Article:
Despite a broad slowdown for many casual-dining chains, Lone Star Steakhouse (NASDAQ:STAR) appears to be getting back on track. Yesterday, the Wichita, Kan.-based red-meat specialist posted quarterly net income of $4.5 million ($0.18), 23% higher than the $3.6 million earned last year and a penny ahead of estimates. Sales jumped 13.6% for the period and have improved 14% year to date to reach $464.1 million.

As everyone knows, most dads enjoy a steak on Father's Day, and Lone Star's third-quarter sales benefited by the inclusion of that holiday, which added $1.8 million to the top line. Last year's Father's Day receipts were identical but were booked in the second quarter. The calendar shift boosted yesterday's year-over-year comparisons, offsetting the shortfall from three months ago.

Soaring commodity costs, particularly beef, continue to be problematic. Meat alone constitutes 60% of Lone Star's cost of sales, and through the first two months, the quarter prices were running $600,000, or 3.8%, ahead of last year's pace. Not surprisingly, high beef costs also took a bite out of rival Outback's (NYSE:OSI) second-quarter numbers. Cost-of-sales ratios for both chains rose by 40 basis points in their latest quarters as a result of inflationary pressures.

Of course, the beef supply and demand imbalance has some fast-food outlets feeling the pinch as well. Wendy's (NYSE:WEN), for example, recently trimmed its short-term outlook, announcing an expected 8% increase in beef prices.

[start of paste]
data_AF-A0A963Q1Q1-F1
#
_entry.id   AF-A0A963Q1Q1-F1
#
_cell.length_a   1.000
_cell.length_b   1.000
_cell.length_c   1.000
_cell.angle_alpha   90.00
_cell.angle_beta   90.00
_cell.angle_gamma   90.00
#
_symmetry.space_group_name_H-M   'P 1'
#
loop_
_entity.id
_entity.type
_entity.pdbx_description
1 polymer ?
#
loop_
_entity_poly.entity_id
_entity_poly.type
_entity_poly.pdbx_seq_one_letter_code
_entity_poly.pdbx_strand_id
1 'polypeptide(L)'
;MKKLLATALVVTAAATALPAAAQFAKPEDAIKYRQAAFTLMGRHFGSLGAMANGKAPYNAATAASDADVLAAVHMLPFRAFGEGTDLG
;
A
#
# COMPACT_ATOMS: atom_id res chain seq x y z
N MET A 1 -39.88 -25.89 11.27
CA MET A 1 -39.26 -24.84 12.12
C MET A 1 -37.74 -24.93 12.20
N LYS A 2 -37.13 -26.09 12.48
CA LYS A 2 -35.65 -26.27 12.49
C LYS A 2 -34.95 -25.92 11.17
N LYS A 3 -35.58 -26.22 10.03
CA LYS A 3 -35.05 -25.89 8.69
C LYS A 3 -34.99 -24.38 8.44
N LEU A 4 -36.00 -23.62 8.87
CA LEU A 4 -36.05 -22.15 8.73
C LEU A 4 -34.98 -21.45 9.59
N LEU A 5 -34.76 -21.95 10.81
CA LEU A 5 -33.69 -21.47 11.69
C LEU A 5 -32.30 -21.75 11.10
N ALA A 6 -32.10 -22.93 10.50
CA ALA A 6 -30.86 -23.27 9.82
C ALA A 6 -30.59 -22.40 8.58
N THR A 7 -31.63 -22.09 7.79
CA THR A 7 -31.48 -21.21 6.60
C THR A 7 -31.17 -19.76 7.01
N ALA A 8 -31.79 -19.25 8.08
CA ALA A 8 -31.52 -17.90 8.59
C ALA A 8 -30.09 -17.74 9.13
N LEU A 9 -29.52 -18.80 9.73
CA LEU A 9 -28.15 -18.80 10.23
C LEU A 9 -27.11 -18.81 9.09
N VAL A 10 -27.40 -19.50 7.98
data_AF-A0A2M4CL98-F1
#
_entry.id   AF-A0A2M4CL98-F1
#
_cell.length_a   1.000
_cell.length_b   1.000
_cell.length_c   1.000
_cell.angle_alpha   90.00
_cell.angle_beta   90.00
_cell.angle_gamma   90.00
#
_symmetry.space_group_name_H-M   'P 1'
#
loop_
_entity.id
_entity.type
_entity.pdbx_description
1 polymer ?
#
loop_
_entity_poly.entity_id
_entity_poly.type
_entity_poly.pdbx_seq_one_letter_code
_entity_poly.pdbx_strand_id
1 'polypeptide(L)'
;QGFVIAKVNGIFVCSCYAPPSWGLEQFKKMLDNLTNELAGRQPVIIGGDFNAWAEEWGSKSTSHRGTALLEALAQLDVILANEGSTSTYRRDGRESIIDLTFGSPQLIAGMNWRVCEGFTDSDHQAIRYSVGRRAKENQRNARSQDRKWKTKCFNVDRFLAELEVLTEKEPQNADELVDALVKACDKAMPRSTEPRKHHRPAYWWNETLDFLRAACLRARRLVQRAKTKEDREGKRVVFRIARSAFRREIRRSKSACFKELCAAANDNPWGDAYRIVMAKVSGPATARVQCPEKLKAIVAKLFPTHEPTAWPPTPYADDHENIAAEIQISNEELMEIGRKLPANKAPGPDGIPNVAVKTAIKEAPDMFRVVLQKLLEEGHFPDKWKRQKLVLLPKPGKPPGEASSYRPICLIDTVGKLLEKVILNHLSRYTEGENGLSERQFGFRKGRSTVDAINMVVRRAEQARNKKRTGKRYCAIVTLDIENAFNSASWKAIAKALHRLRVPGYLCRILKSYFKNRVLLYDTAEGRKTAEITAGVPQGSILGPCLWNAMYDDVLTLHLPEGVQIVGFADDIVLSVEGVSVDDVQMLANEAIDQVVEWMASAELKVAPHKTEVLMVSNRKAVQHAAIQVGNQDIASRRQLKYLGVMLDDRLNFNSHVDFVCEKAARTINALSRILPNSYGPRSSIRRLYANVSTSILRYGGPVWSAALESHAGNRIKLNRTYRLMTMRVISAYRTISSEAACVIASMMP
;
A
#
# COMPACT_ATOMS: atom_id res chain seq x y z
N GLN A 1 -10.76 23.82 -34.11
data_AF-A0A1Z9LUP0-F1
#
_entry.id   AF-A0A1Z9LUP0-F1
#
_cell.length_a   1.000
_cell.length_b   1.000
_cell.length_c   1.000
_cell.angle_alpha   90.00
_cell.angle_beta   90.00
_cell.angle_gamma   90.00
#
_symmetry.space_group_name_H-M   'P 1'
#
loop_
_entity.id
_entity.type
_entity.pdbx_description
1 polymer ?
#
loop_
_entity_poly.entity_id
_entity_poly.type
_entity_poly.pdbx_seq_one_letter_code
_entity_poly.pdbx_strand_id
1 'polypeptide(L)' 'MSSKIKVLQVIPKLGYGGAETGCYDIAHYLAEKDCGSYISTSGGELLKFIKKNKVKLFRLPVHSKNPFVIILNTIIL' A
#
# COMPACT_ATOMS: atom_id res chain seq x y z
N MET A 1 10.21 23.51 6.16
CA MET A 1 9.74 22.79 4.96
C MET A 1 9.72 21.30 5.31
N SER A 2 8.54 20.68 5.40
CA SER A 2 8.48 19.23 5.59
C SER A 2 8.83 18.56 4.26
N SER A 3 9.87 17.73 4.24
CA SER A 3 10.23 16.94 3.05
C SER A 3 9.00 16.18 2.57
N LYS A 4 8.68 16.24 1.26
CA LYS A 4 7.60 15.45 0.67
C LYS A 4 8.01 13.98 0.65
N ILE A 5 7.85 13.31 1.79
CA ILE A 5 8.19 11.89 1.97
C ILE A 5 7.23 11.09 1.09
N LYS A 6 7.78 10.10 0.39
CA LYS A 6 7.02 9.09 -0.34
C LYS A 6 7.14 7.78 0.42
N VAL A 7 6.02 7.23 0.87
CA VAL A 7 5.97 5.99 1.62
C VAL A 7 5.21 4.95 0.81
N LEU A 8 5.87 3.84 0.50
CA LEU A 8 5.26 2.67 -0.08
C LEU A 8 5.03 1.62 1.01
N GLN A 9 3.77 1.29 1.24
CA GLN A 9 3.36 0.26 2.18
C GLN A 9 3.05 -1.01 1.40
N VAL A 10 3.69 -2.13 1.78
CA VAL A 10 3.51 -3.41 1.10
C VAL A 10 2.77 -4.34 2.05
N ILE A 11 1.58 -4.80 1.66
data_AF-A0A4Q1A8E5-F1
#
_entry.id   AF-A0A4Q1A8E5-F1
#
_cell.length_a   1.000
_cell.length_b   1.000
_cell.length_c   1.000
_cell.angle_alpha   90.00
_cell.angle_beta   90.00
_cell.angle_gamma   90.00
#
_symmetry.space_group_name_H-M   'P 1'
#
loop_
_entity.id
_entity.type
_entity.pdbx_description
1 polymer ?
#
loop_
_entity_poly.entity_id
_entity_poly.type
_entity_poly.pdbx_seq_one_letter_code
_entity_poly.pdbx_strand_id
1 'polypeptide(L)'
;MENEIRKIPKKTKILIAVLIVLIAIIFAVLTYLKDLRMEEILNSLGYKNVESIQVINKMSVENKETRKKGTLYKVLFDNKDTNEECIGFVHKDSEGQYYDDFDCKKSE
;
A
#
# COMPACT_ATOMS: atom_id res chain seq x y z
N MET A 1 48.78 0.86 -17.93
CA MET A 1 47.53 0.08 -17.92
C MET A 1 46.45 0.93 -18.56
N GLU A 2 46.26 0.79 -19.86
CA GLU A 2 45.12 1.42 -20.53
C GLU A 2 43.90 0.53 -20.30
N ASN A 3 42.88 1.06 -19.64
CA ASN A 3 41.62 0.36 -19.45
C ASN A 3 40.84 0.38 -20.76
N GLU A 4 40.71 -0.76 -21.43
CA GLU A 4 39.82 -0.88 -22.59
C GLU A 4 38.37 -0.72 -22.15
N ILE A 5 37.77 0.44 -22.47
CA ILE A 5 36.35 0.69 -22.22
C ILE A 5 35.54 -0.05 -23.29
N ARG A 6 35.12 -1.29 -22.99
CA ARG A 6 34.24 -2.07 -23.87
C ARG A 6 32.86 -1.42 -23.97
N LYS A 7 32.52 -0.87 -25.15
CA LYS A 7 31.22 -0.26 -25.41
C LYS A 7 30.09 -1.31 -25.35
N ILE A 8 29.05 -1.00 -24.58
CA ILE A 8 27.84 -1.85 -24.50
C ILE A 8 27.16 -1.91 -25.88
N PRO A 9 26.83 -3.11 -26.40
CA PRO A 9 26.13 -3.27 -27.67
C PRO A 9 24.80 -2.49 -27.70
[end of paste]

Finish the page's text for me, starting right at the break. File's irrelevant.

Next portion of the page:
While the company's namesake Lone Star Steakhouse & Saloon eked out only a 0.2% increase in same-store sales, the firm's other concepts gained a little more traction. Comps at Sullivan's Steakhouse, Texas Land & Cattle Steakhouse, and Del Frisco's rose 2.7%, 11.4%, and 22.6%, respectively. Unfortunately, there are only a relative handful of these more upscale brands. The January acquisition of Texas Land & Cattle added 20 restaurants, but there are only 15 Sullivan's and just five Del Frisco's currently in operation.

Lone Star has had a difficult run over the past six months, losing one-third of its value peak to trough. The stock has reclaimed ground, however, since mid-August, when guest columnist Matt Richey rushed to the company's defense, citing Lone Star's substantial real estate holdings, spotless balance sheet, attractive dividend yield, and historical free cash flows. Each of these credentials still applies and is only reinforced by solid third-quarter advances that were made in spite of a fairly difficult operating environment.

Still thinking about a juicy steak? Maybe these will keep you preoccupied:

Fool contributor Nathan Slaughter would enjoy the Lone Star experience more if it weren't for the country music. He owns none of the companies mentioned.